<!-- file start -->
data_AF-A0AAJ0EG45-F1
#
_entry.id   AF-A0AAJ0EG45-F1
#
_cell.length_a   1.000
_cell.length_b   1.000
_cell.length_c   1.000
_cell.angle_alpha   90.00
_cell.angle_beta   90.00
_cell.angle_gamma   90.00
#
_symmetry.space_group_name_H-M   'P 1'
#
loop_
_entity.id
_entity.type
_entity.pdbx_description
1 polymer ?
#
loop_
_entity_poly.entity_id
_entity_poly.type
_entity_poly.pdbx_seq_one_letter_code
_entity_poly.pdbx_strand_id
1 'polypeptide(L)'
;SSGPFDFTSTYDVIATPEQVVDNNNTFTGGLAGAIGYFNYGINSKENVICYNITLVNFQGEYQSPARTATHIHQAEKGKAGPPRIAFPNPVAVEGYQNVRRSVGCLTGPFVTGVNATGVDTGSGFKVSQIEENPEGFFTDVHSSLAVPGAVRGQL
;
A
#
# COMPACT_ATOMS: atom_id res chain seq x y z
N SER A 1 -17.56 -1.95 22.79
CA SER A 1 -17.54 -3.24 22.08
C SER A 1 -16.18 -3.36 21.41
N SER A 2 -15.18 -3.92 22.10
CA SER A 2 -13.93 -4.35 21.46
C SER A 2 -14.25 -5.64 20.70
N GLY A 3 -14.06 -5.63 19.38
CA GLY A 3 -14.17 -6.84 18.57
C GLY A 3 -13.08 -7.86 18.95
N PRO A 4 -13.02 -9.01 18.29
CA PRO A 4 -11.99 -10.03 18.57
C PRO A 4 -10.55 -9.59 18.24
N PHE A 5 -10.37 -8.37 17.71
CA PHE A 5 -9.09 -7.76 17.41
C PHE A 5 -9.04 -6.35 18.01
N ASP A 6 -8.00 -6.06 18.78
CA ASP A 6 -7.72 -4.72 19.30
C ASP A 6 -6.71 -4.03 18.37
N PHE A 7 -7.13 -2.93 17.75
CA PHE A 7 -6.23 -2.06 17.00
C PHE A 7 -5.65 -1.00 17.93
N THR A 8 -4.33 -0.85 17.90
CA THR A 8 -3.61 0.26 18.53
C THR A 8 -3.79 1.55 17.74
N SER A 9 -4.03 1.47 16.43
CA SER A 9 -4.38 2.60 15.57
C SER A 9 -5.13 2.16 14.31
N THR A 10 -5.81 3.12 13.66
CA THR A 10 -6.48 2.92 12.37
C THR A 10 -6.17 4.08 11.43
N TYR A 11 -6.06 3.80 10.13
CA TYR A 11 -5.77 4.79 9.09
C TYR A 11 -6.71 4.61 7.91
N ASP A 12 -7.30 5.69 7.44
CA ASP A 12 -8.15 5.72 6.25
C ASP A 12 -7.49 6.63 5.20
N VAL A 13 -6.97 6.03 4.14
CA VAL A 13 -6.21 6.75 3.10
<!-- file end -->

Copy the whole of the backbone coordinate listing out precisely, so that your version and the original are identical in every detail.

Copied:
data_AF-A0AAJ0EG45-F1
#
_entry.id   AF-A0AAJ0EG45-F1
#
_cell.length_a   1.000
_cell.length_b   1.000
_cell.length_c   1.000
_cell.angle_alpha   90.00
_cell.angle_beta   90.00
_cell.angle_gamma   90.00
#
_symmetry.space_group_name_H-M   'P 1'
#
loop_
_entity.id
_entity.type
_entity.pdbx_description
1 polymer ?
#
loop_
_entity_poly.entity_id
_entity_poly.type
_entity_poly.pdbx_seq_one_letter_code
_entity_poly.pdbx_strand_id
1 'polypeptide(L)'
;SSGPFDFTSTYDVIATPEQVVDNNNTFTGGLAGAIGYFNYGINSKENVICYNITLVNFQGEYQSPARTATHIHQAEKGKAGPPRIAFPNPVAVEGYQNVRRSVGCLTGPFVTGVNATGVDTGSGFKVSQIEENPEGFFTDVHSSLAVPGAVRGQL
;
A
#
# COMPACT_ATOMS: atom_id res chain seq x y z
N SER A 1 -17.56 -1.95 22.79
CA SER A 1 -17.54 -3.24 22.08
C SER A 1 -16.18 -3.36 21.41
N SER A 2 -15.18 -3.92 22.10
CA SER A 2 -13.93 -4.35 21.46
C SER A 2 -14.25 -5.64 20.70
N GLY A 3 -14.06 -5.63 19.38
CA GLY A 3 -14.17 -6.84 18.57
C GLY A 3 -13.08 -7.86 18.95
N PRO A 4 -13.02 -9.01 18.29
CA PRO A 4 -11.99 -10.03 18.57
C PRO A 4 -10.55 -9.59 18.24
N PHE A 5 -10.37 -8.37 17.71
CA PHE A 5 -9.09 -7.76 17.41
C PHE A 5 -9.04 -6.35 18.01
N ASP A 6 -8.00 -6.06 18.78
CA ASP A 6 -7.72 -4.72 19.30
C ASP A 6 -6.71 -4.03 18.37
N PHE A 7 -7.13 -2.93 17.75
CA PHE A 7 -6.23 -2.06 17.00
C PHE A 7 -5.65 -1.00 17.93
N THR A 8 -4.33 -0.85 17.90
CA THR A 8 -3.61 0.26 18.53
C THR A 8 -3.79 1.55 17.74
N SER A 9 -4.03 1.47 16.43
CA SER A 9 -4.38 2.60 15.57
C SER A 9 -5.13 2.16 14.31
N THR A 10 -5.81 3.12 13.66
CA THR A 10 -6.48 2.92 12.37
C THR A 10 -6.17 4.08 11.43
N TYR A 11 -6.06 3.80 10.13
CA TYR A 11 -5.77 4.79 9.09
C TYR A 11 -6.71 4.61 7.91
N ASP A 12 -7.30 5.69 7.44
CA ASP A 12 -8.15 5.72 6.25
C ASP A 12 -7.49 6.63 5.20
N VAL A 13 -6.97 6.03 4.14
CA VAL A 13 -6.21 6.75 3.10